The six weeks holidays have begun, and with so many people avoiding holidays abroad (us being one of them) it’s been a time of chilling at home and planning little activities for the break.
I found about Dino Kingdoms through the magic of social media – with it being fairly local to us and a slew of decent reviews we decided to visit. They say:
Step back in time and explore roaring and moving Dinosaurs and state-of-the-art 3D and AR technology. Immerse yourself in unforgettable interactive activities and enjoy a range of thrilling fairground rides, delicious food and drink and much more.
Now, we were very excited to go (to the Manchester event). The kids like dinosaurs – they’re not dino mad, but they could name a few and like themed toys.
This sign you think indicates you’re entering Dino Kingdom which is actually…miles away
First point. Parking is £3 and in a designated area. The email you get prior to your visit states that you must follow the signs and park in the special car park (which is a grass area that has been cordoned off). I have since found out that there is lots of parking at the park (but I haven’t been able to find out if that is free or not)..
Either way, I expected that the designated parking was selected due to it’s proximity to the dinosaur exhibition. Nope.
We walked through the park for around 20 minutes (we have a toddler) before actually arriving at the ‘event’ – it was actually ridiculous that this WASN’T specified because those with younger kids will WANT to bring a buggy for those tired legs. Luckily I had the Mr to carry the youngest for a while when she inevitably got distracted and tired.
When we finally reached the area with the dinosaurs, (the stewards who were greeting us were very nice) everyone was a little hot and bothered but still, at least there were big animatronic dinos to look at….
The Karen of Dinosaurs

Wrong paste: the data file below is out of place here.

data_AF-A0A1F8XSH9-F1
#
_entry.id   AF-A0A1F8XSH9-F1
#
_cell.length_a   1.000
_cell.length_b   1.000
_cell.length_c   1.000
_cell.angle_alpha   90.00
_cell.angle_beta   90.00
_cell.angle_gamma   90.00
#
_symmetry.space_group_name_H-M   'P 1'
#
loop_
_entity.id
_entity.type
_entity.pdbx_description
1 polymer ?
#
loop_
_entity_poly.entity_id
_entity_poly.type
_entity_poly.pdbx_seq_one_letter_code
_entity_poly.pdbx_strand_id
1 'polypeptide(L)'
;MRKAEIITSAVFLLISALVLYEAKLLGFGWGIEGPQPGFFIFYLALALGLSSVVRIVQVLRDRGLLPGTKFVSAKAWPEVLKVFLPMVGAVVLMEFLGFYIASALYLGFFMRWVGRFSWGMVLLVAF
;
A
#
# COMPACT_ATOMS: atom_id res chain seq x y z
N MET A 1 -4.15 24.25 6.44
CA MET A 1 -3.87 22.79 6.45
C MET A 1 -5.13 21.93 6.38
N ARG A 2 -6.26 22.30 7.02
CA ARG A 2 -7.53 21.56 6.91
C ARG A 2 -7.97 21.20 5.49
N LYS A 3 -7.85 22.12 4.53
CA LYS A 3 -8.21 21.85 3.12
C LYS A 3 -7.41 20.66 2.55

So the dinosaurs were generously spaced out, which is expected with the current Covid situation. It wasn’t overly busy when we were there but people still managed to rub up close and get irate with each other (have people forgotten how to behave post covid?!). People stopped to get photos, and there was enough room for a few families to look at each dinosaur…but let’s talk about the dinosaurs.
As I said earlier, my kids like dinosaurs but they’re not mad for them. To a kid who absolutely adores dinos I am sure it would’ve been special. But I found the models largely disappointing. Some moved, some didn’t. When I say moved, I mean, they mad some noises and their heads bobbed around slightly.
Did I expect some Jurrassic Park shiz?
Yes I did. No of course not. But I did expect something a little magical. These dinosaurs reminded me of the ones you see in a very standard museum visit. Having seen some clips on social media of the very animated dinos at the event which the kids were allowed to touch (these display dinosaurs were strictly no touch) I was expecting more of that – but nope. The first half of the ‘event’ was lacking life – it could’ve come alive with some actors perhaps, playing explorers; chatting to the kids, educating about the dinosaurs. But nothing.
The AR experience which I thought would be incredible was basically a few tables with paper templates. Here you colour in your dinosaur then take it in to a tent to be scanned, and your design appears on the screen. It is fairly clever but lacks the dazzle you’d expect.
The lawless pen situation
Also a few problems – there was bout 5 pencil crayons left on the desk which parents were arm wrestling each other for. Someone should’ve been checking and making sure there were enough pens and colours throughout the day. At one point a woman said to me, ‘Isn’t this activity for children?’ as I finished off the kids design since they quite frankly, couldn’t be arsed. Well yes lady, this is for kids but I would like to leave this place in the next 10 hours so mind your own business. Lack of pens = shirty Karens.